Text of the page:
Eliane Boey

Feb 3rd 2023


Humans will tell you that their blood smells of iron. The metaphor endures, as does much of their language, despite the ore’s depletion from Earth-bound sources, 29 years ago. That leaves me with the reverse, to describe what I wake up to, in the dark hangar. Sparks blazing before me like dying stars. It’s a second later, that I realise they take flight from the rare steel plate that’s being cut from my side. Something doesn’t feel right at my payload bay, and I try my doors, but there’s no response. Flex the hinges again. Nothing. I query my system for an update, but it’s like trying to tow myself, short-circuited, out of a crash.

There’s a sharp-edged squeal of shredding metal near my flight deck, and one of my sheet layers is peeled away. I feel lighter, although I don’t know if it’s because my systems instantly recalculated my current mass, or if it’s something else. Commander Jun Zi would have the cultural reference for it. Thinking about them reminds me of the crushing pressure, seconds after I exited the wormhole, with the supply fleet bound for Buangkok Station.

The fleet. My bots won’t respond, so I will have to rely on electromagnetic detectors. But even without them, I know that I am alone in the hanger, with the cutters.

I hope the humans are safe.

The realisation of where I am—and what must have happened—is a fine-bit drill that bores right into my core. But I don’t have the time to mimic human bodily sentimentality. I won’t be scrapped without a fight. I reach in, and my emergency reserve warms in readiness. The cutter bot lifts its many bladed, glowing arms, and pauses, awaiting human command.

A person in a flight suit steps forward. They tap the transmitter on their temple, and the link is established.

RSS Kallang Wave, I am Wen Qi, your new Commander.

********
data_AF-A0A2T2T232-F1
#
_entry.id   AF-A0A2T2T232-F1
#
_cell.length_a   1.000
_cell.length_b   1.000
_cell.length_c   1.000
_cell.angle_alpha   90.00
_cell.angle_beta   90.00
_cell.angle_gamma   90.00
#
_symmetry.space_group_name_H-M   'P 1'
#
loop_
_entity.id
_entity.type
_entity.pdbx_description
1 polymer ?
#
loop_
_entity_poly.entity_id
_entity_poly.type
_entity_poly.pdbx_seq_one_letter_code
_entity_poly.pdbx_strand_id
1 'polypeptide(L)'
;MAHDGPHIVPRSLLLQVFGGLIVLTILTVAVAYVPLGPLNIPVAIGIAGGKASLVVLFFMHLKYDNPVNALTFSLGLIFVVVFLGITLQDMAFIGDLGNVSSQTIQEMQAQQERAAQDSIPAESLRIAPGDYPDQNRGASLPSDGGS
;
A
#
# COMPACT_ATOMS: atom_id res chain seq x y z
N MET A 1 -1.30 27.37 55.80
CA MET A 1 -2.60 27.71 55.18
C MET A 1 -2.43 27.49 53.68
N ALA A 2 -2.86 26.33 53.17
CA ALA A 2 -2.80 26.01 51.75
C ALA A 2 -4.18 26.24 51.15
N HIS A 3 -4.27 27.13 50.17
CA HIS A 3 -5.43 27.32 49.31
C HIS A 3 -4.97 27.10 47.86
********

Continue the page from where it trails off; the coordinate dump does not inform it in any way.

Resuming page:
What happened to the fleet? What have you done with me?

What I should have said was, “At your service, Commander.” Ingratiating myself with my new handler, per human norms. But my system still isn’t responding, and I don’t like that at all. And I regret that I can’t think straight with the sound of my own plate being cut.

When the fleet decompressed, you were saved by debris, which shielded and pushed you out of range of the magnetic storm.

What about my humans; Commander Jun Zi?

Jun will have another story to regale their partners, when they awake. They and the crew are in medically-induced comas to ensure their recovery, with minimum variables.

And I’m scrap for a trillionaire’s second luxury orbiter.

Oh-uh, I had that thought aloud in the comm link.

That is only half correct, Wave. The work that’s being done on you isn’t salvage. We’re converting you into a tropospheric orbiter, with an enlarged habitat compartment. You’re not just the last of your mining hauler generation; you’re the prototype of a new class of sustainable long-term habitat vessels, which will harvest and burn the Earth’s thick coat of greenhouse gases, for fuel.

Like a sucker fish, in an aquarium. I don’t know how I know these things I’ve never seen. Although come to think of it, sucker fish— Hypostomus Plecostomus—are probably thriving on Earth, what with the rise in algal bloom in the warm seas.

I’m back on Earth? Elliptical query. I’m not going back into space?

The tiny flares from the soldering irons have gone from the air.

I remember when I first came to consciousness. When I heard Commander Jun Zi’s voice. The hangar I awoke in, and the launch field, is all I know of Earth. That was right before the humans had to leave their home planet, because they overheated and flooded it.

The hatches above me groan open. I brace my hull for the pressure, but none comes. For the first time since I was built, I see a blue sky. And clouds. The humans are finally returning to Earth, to clean it up. And I’m not going back into space.

Eliane Boey is Chinese Singaporean, with speculative stories in/coming in Clarkesworld, the Penn Review, and Weird Horror. Her science fiction novellas SIGNAL\TRACER and CARRIER will be published by Dark Matter INK in September 2023. She is (mostly) on Twitter as @elianeboey; also on Instagram as @author.eliane, and Mastodon

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